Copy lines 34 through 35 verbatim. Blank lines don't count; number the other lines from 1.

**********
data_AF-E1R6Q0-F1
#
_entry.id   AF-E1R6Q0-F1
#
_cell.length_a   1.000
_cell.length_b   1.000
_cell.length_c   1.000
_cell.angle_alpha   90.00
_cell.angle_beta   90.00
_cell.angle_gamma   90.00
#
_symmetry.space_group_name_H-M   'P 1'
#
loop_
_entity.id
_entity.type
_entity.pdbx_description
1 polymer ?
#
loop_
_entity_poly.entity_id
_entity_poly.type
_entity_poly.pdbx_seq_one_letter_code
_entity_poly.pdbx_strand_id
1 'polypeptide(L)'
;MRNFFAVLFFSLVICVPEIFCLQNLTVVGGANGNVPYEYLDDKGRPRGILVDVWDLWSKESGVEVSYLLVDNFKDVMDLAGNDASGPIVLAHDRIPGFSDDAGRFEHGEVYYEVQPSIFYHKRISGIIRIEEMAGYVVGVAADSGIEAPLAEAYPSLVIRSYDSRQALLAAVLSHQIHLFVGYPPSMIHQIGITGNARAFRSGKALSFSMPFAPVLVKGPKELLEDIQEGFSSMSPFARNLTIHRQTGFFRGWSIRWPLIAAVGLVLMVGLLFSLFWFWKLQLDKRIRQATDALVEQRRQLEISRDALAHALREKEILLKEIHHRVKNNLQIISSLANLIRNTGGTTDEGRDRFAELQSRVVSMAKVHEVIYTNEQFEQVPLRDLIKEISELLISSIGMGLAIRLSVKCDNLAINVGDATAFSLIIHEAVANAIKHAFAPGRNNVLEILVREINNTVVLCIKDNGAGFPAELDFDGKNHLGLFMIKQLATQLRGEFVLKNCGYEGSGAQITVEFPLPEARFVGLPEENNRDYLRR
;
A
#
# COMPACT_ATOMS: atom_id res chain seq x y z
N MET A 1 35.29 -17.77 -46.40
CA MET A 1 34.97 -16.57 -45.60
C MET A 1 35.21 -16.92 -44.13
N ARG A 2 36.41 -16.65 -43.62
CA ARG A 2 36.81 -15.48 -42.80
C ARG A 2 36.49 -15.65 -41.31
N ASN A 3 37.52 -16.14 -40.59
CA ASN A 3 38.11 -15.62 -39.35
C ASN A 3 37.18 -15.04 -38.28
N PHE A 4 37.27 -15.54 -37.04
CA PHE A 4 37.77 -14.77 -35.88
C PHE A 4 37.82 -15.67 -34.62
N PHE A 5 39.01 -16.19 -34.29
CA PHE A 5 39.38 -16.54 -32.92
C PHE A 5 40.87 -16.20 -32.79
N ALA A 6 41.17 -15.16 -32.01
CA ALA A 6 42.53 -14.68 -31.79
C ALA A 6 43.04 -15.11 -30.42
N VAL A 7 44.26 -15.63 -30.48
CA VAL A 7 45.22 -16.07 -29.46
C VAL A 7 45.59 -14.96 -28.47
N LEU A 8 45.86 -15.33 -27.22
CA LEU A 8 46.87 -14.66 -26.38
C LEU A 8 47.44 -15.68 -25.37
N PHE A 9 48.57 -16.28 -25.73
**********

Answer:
N ARG A 2 36.41 -16.65 -43.62
CA ARG A 2 36.81 -15.48 -42.80